Too much pain: female genital mutilation & asylum in the European Union - a statistical overview

Too much pain: female genital mutilation & asylum in the European Union - a statistical overview

A girl or woman seeking asylum because she has been forced to undergo, or is likely to be subjected to, female genital mutilation (FGM) can qualify for refugee status in the European Union (EU) under the 1951 Convention relating to the Status of Refugees. Harmful practices in breach of international human rights law and standards cannot be justified on the basis of historical, traditional, religious or cultural grounds. This document is an update to the previous publication ‘Too much pain: female genital Mutilation & asylum in the European Union - a statistical overview’, the first comprehensive analysis of (FGM) and asylum in the EU. These publications are based a European Institute for Gender Equality (EIGE) study on FGM in the EU and Croatia, which generated statistical evidence to help address the specific vulnerabilities of female asylum-seekers affected by FGM, as well as refugee girls and women who have undergone FGM and are living in EU Member States.

In 2013, over 25,000 women and girls sought asylum from FGM-practising countries. This number has steadily increased since 2008. These women and girls come mainly from Somalia, Eritrea, Nigeria, Iraq, Guinea, Egypt, Ethiopia, Mali and Côte d’Ivoire. In the same year, these women and girls applied for asylum mainly in Germany, Sweden, the Netherlands, Italy, France, the UK and Belgium. The researchers estimate that around 16,000 women and girls could potentially have already been affected by FGM at the time of their arrival in the EU in 2013. In the absence of data collected by the national asylum authorities, UNHCR has estimated that over 2,000 asylum claims on grounds of FGM may have been received in 2011. The authors emphasise that it is now essential to ensure the correct transposition and implementation of the EU legislative framework, guaranteeing protection to women and girls at risk. The UNHCR welcomes the European Commission November 2013 Communication 'Towards the elimination of female genital mutilation,' where the Commission has committed to encouraging Member States to continue, start or increase the use of financial incentives for the resettlement of children and women at risk, including those at risk of gender-based violence (GBV).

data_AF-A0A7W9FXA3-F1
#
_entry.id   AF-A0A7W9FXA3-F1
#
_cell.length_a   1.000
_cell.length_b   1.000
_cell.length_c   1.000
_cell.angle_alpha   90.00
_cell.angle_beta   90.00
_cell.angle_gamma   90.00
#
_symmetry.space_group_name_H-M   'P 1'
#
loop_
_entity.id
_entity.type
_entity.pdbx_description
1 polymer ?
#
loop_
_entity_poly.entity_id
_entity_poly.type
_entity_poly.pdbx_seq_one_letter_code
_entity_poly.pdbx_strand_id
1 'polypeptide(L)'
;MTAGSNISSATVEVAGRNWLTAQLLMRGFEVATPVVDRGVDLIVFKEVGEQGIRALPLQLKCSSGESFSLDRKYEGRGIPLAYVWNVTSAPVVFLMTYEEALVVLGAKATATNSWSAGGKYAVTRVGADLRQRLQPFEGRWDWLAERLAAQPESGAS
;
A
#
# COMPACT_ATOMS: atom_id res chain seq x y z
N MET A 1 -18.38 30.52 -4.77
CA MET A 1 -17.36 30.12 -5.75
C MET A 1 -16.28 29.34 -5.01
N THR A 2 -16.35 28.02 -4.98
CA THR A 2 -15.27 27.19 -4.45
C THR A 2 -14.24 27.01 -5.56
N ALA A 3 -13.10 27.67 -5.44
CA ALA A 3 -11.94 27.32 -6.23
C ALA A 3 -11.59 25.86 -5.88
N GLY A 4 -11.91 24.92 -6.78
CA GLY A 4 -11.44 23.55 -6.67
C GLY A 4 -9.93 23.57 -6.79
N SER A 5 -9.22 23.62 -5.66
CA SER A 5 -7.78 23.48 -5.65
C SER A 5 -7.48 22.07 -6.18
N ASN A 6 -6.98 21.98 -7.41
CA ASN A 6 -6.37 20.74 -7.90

Recommendations for actions include:

  • The European Asylum Support Office (EASO) and Member States should reflect the specific issues raised by FGM and gender-based claims in their training tools, and develop training material to support the identification of specific needs and vulnerabilities.
  • EU Member States need to develop country- and community-tailored prevention and protection policies and responses for the abandonment of FGM in the EU. Social, linguistic, religious and cultural barriers may hinder the access of these refugee women and girls to specialist health and support services. The specify needs of women and girls who are living with the long-lasting physical, sexual and mental health problems resulting from FGM, and integrating into EU Member States as refugees, must be addressed.
A companion video to this study ‘Too Much Pain - The Voices of Refugee Women’ is available to watch online: a href="https://www.youtube.com/user/toomuchpainfgm">https://www.youtube.com/user/toomuchpainfgm</a>

 

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